The Merrill-Magowan Family Papers document the activities and relationships of three generations of Merrill and Magowan family members, dating from 1880 to 2002. Family correspondence makes up the largest portion of the material, with business records appearing in bulk in the papers of Charles Edward Merrill (AC 1908), founder of Merrill Lynch & Co. These materials are supplemented with artworks, diaries, memorabilia, photographs, writings and newspaper clippings, and a set of family heritage albums. Genealogical research material and notes can be found throughout the collection.
Vietnam War soldier, business administrator. Contains mainly letters written home to family members during Marine Corps basic training and combat duty in Vietnam, 1965-1968.
Research materials documenting the scholarly work of Ivor L. Miller in cultural studies on graffiti writers for his 2002 book Aerosol Kingdom: Subway Painters of New York City, and the cultural relationships of West Africa and its Diaspora in the Americas, particularly Cuba. Especially significant is a collection of over 200 LP music recordings produced in Cuba and largely unavailable elsewhere.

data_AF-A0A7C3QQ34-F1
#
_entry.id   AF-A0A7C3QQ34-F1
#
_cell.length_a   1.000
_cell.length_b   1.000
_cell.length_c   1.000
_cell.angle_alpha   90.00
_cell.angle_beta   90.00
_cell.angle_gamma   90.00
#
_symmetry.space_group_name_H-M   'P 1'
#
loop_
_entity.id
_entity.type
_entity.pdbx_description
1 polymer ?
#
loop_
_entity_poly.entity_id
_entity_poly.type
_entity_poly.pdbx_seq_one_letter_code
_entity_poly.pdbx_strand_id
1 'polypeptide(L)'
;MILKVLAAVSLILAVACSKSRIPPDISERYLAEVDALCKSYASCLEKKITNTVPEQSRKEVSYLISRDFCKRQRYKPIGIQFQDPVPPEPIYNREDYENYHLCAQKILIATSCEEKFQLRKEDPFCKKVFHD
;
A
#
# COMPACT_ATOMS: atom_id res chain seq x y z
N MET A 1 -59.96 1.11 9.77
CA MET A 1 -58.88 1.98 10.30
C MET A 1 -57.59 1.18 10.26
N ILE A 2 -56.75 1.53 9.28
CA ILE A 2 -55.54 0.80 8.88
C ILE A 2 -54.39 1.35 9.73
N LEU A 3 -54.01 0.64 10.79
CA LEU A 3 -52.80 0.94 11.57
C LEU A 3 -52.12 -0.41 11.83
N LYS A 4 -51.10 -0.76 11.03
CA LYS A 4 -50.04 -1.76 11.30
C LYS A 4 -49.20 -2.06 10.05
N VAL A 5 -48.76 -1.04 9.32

Correspondence art is a worldwide art movement emphasizing the decentralized participation of artists and amateurs in a variety of media through the use of the international postal system. This collection consists primarily of correspondence art, magazines, artists' books, small press publications, and postcards. Also contained in this collection are materials related to correspondence art, such as exhibition catalogs, stamp catalogs, book buying catalogs, posters, and public relations material.
Correspondence, literary manuscripts and other materials of literary, scientific, or historical significance that are generally unrelated by provenance and do not fit into any other existing manuscript collections. The material has been gathered together into a single collection for ease of access and for preservation.
Clippings, printed matter, photographs and administrative records related to four separate moratoria held at Amherst College to protest and discuss current events.
Professor of Art and director of the Mead Art Museum at Amherst College, 1949-1969. Contains correspondence regarding Bellows, transcripts of letters between Bellows and other individuals, documents concerning Bellows, and catalogues of exhibitions showing Bellows' work. Includes a number of draft manuscripts of Morgan's book George Bellows - Painter of America. Addendum I includes correspondence concerning the Bellows book written after publication.